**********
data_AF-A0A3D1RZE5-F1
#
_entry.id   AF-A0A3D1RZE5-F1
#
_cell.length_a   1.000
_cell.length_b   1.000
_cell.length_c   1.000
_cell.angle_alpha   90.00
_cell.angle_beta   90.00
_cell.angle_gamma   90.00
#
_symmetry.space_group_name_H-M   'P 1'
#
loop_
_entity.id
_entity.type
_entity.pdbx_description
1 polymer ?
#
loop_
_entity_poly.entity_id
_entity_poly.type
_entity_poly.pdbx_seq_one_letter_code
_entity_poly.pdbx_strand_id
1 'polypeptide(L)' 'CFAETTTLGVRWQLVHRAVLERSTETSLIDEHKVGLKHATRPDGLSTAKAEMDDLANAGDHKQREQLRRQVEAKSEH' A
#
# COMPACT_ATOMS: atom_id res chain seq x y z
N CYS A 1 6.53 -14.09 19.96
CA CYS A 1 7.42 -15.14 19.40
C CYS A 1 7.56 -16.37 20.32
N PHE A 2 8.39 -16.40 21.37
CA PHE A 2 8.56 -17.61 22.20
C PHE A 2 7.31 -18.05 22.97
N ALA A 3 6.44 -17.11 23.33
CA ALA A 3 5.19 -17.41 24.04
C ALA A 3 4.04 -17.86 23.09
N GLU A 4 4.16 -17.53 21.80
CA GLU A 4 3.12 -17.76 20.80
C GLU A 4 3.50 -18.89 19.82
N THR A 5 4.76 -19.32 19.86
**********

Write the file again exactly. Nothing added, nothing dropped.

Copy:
data_AF-A0A3D1RZE5-F1
#
_entry.id   AF-A0A3D1RZE5-F1
#
_cell.length_a   1.000
_cell.length_b   1.000
_cell.length_c   1.000
_cell.angle_alpha   90.00
_cell.angle_beta   90.00
_cell.angle_gamma   90.00
#
_symmetry.space_group_name_H-M   'P 1'
#
loop_
_entity.id
_entity.type
_entity.pdbx_description
1 polymer ?
#
loop_
_entity_poly.entity_id
_entity_poly.type
_entity_poly.pdbx_seq_one_letter_code
_entity_poly.pdbx_strand_id
1 'polypeptide(L)' 'CFAETTTLGVRWQLVHRAVLERSTETSLIDEHKVGLKHATRPDGLSTAKAEMDDLANAGDHKQREQLRRQVEAKSEH' A
#
# COMPACT_ATOMS: atom_id res chain seq x y z
N CYS A 1 6.53 -14.09 19.96
CA CYS A 1 7.42 -15.14 19.40
C CYS A 1 7.56 -16.37 20.32
N PHE A 2 8.39 -16.40 21.37
CA PHE A 2 8.56 -17.61 22.20
C PHE A 2 7.31 -18.05 22.97
N ALA A 3 6.44 -17.11 23.33
CA ALA A 3 5.19 -17.41 24.04
C ALA A 3 4.04 -17.86 23.09
N GLU A 4 4.16 -17.53 21.80
CA GLU A 4 3.12 -17.76 20.80
C GLU A 4 3.50 -18.89 19.82
N THR A 5 4.76 -19.32 19.86